Our September edition of Dispatch X covers how the new normal is reshaping employee experiences. Among the employee experience changes are workspaces. We take a look at what merging physical and digital touchpoints means to both brands and employees.
Workspaces Take the Shape of Hybrid
As many of us have already experienced, the common practice of social distancing has rapidly redefined how we work. Many employees have already settled into the new normal of working remotely. As the COVID-19 pandemic persists, organizations have been planning for a longer-term solution. Much of this thinking has been dedicated to redesigning employee experience touchpoints into hybrid workspaces, blending remote work with office work.
Working remotely has proven useful for a majority of employees, giving them freedom to work when and where they prefer. However, remote work isn’t without its disadvantages: household distractions, spotty Wi-Fi connections, IT issues and socioeconomic and racial disparities. Moving forward, brands need to be thoughtful in redesigning employee experiences—both physically and digitally—while enabling employees to work successfully and collaboratively.
Culture Tenets Give Structure
Now more than ever, brands must give deeper consideration to their employees’ experiences. Organizations need to ensure the tenets that made their culture successful—be it purpose, values, etc—remain when redesigning workspaces to adapt to the new normal. And much of this change has to also take into account what employees are needing even more now in addition to meaning —safety, security, connection and community. To be effective, organizations have to actively listen to and involve employees in redesigning workplace experiences—virtually and physically.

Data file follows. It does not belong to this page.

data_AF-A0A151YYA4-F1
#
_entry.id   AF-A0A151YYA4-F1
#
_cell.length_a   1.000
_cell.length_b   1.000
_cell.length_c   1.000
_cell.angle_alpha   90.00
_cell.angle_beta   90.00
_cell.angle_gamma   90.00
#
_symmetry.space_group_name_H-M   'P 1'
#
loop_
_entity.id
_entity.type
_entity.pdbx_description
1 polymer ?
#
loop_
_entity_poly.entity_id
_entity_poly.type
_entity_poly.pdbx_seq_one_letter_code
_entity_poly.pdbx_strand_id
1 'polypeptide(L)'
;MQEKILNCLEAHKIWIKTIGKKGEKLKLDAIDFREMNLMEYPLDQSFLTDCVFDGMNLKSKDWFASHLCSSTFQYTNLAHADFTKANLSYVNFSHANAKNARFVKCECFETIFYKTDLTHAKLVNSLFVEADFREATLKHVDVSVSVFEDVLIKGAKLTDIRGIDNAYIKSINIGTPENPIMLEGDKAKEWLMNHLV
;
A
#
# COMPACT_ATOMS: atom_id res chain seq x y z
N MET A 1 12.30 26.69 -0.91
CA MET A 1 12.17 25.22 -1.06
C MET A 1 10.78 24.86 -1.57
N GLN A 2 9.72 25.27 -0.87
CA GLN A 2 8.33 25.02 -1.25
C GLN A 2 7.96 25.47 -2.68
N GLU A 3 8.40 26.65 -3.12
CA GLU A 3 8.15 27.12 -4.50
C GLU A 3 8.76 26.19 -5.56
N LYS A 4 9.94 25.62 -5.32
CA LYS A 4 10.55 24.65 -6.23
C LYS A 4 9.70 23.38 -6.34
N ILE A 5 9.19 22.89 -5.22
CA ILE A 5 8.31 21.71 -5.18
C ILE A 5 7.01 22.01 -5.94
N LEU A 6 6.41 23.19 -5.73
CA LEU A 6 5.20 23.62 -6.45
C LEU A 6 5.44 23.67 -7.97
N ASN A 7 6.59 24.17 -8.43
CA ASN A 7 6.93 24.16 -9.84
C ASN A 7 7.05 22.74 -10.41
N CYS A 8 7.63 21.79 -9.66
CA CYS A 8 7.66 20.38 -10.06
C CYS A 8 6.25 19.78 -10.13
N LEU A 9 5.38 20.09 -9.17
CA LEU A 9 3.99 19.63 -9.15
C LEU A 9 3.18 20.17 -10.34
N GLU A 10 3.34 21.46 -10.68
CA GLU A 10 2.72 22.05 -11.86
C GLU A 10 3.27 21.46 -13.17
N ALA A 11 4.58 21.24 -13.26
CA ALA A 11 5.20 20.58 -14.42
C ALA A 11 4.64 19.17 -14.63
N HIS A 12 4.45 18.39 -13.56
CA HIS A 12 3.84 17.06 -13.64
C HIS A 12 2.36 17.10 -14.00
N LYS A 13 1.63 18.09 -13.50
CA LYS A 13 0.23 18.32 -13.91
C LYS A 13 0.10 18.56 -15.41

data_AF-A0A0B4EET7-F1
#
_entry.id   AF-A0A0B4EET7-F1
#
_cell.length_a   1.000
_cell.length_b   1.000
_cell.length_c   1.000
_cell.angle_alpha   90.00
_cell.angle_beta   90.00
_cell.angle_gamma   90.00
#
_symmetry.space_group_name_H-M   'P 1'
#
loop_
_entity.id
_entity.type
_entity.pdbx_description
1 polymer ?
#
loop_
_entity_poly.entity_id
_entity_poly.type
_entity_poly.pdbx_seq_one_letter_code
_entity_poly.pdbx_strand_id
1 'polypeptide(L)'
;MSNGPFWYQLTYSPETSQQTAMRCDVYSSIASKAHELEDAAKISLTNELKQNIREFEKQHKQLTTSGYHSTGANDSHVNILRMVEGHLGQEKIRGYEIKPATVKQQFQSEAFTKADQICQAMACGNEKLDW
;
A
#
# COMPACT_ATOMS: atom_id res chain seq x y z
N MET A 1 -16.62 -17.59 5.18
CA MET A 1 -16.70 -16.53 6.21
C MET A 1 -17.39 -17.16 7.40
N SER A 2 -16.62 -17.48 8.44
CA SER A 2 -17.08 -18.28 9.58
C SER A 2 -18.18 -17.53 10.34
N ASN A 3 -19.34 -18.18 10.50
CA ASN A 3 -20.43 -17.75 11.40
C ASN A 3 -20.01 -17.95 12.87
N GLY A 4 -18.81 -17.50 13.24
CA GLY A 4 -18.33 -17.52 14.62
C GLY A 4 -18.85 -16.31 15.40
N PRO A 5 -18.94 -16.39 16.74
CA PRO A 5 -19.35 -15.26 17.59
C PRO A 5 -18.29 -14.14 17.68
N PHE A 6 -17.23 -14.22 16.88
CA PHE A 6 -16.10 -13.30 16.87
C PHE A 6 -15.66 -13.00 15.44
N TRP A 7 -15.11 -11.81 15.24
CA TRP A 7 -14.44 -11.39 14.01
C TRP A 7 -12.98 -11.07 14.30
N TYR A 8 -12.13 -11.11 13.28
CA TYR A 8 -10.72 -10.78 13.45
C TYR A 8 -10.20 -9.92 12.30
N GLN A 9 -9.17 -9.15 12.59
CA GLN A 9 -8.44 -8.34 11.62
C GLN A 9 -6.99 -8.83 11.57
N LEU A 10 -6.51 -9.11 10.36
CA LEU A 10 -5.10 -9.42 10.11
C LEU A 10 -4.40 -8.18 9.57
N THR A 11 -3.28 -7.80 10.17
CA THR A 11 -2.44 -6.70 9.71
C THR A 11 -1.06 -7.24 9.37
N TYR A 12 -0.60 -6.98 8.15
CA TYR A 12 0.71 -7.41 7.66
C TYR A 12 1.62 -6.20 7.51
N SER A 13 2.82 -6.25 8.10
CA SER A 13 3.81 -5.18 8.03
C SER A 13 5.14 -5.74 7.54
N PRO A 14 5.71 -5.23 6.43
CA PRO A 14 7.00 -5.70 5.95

Building Culture Into Workspaces
As remote work has become more commonplace, brands are at risk of jeopardizing their culture. Relationship-building and an overarching sense of belonging quickly diminish when employees adopt a remote work routine. Disconnected employees can lead to an increase in turnover and a drop in work performance. To mitigate culture issues, leaders need to measure the effectiveness of key employee experiences to see whether they are driving engagement and connection. These metrics can then help inform redesigning a physical and virtual work strategy, helping the brand cultivate a stronger culture with employees.